Second, through a carefully selected series of lessons, the Speech Writing and Public Speaking course at Westminster aims to familiarize students with the fundamentals of composing and presenting a speech.
     
    Third, the Speech Writing and Public Speaking course seeks to provide Westminster students with the actual experience of preparing and delivering a speech by asking each student to participate in a public speaking contest. This contest both revives an old Westminster tradition and thus affirms the idea that public speaking is a fundamental tenet of the educational process.

    As an example, last year’s (2022-2023) Speech Writing and Public Speaking Curriculum followed the general pattern below:
    1. Introduction to the Speech Writing and Public Speaking course:
      a. Course Description — Overview
      b. Westminster School Fourth Form Speaking Contest — Overview
    2. General Terms and Techniques
      a. Introduction to General Terms
      b. Introduction to Key Rhetorical Techniques
      c. Written Expression vs. Verbal Expression 
    3. Identify the key rhetorical techniques in two short speeches
      a. TBD     
      b. TBD 
    4. Speech # 1: The “Sistare” Speech: In Your Own Words
      a. In Your Own Words . . . Write your own short version of Speech 3a or 3b.
      b. Diagram your own short version of Speech 3a or 3b.
      c. Practice delivering your speech.
      d. Submit your diagrammed version of either speech 3a or 3b.
      e. Deliver to the class your own version of either speech 3a or 3b.
    5. Speech # 2: Prepare Your Own Original, Short Speech
      a. In Your Own Words . . . Write an original, short speech.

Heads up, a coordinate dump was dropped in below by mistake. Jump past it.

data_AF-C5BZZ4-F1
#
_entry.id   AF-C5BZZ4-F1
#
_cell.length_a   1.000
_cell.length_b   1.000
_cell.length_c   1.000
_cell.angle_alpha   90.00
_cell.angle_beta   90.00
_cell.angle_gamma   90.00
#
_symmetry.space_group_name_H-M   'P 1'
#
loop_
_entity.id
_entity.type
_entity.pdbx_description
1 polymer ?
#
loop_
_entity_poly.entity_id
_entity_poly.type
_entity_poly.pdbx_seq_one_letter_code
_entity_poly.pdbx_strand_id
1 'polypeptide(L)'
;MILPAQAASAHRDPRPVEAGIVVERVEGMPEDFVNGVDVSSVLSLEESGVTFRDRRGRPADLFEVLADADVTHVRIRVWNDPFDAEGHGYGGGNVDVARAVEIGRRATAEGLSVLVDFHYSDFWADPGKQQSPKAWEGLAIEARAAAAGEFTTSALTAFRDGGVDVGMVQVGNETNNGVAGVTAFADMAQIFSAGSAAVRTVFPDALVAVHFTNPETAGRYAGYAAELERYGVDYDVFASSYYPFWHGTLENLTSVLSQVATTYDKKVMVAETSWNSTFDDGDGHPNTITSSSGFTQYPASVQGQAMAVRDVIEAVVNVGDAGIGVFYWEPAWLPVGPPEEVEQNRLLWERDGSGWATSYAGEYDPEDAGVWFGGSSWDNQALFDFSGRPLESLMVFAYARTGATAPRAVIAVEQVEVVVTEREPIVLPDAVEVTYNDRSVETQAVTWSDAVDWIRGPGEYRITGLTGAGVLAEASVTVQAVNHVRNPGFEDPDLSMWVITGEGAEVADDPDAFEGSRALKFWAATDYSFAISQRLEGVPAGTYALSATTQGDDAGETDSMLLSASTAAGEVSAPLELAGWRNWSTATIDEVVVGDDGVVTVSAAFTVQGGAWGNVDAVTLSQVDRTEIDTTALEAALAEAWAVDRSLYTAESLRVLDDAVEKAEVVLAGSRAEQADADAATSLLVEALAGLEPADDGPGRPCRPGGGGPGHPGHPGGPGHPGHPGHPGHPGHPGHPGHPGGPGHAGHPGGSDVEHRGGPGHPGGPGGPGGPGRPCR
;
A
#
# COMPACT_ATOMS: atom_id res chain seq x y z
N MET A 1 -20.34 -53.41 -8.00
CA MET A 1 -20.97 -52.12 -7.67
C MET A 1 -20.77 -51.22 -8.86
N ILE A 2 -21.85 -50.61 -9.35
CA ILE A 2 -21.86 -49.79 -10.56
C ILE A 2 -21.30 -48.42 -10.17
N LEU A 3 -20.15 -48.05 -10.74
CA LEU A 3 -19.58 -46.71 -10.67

b. Diagram your original, short speech.
      c. Practice delivering your original, short speech.
      d. Submit the diagrammed version of your original, short speech.
      e. Deliver to the class your original, short speech.
    6. Fourth Form Public Speaking Contest = Finalists (chosen from Speech # 2).
      Tentative Date and Time: TBD. Format TBD.
  • Civic Engagement II

    Civic Engagement Two (II) (2) (Designed for First-Year Fifth Formers, One-Year Sixth Formers, and Post-Graduates.)

    Civic Engagement Two (II), like Civic Engagement One (I), is a Pass/Fail course that meets one day per week for the fall trimester, the winter trimester, and part of the spring trimester. 
     
    The Civic Engagement Two (II) version of the Civic Engagement curriculum, offered to new Upper Formers, focuses on examining the foundations of both Western and Eastern civilization as a method to achieve the goals described above in the Civic Engagement and Civil Discourse class offered to the Fourth Form. Again, those goals are to aid Westminster students better understand who they are and for what they stand, to teach Westminster students that they have an obligation to engage in their own community as well as the community-at-large, and to help Westminster students learn the basics of civil discourse (i.e., to learn to listen, to consider opposing views, and to honor the conventions of courtesy and respect).
     
    In addition, Civic Engagement Two (II) seeks both to welcome new students to Westminster and to assist them in thinking about the role they can play within the Westminster community as well as the world around them.

    As an example, last year’s (2022-2023) Civic Engagement Two (II) curriculum included the following topics:
    Introduction to Civic Engagement Two (II)
    The Divided Brain
    Wonder and Awe
    Athens vs. Jerusalem (Reason vs. Faith) 
    Homer, Achilles, and the Heroic Code 
    Socrates and Plato and Aristotle
    Jerusalem and The Wisdom of God
    The Challenge 
    Stoicism
    St. Augustine
    Dante
    Montaigne
    Cervantes
    Shakespeare
    Pascal
    Nietzsche
    Introduction to Eastern Civilization: Hinduism and Buddhism
    Confucianism and Taoism 

List of 4 members.

  • Photo of Patrick Owens

    Patrick Owens 

    Executive Director, Horizons at Westminster & Hartford Partnerships
    (860) 408-3006
  • Photo of Kelly Wosleger

    Kelly Wosleger 

    Fifth Form Dean, Program Director, Horizons at Westminster & Hartford Partnerships
    (860) 408-3731
  • Photo of Todd Eckerson

    Todd Eckerson 

    Lead Teacher Civic Engagement
    (860) 408-3048
  • Photo of Mary Eckerson

    Mary Eckerson 

    Liaison, Loaves and Fishes

Contact Us

995 Hopmeadow Street
Simsbury, Connecticut 06070

P. (860) 408-3000
F. (860) 408 3001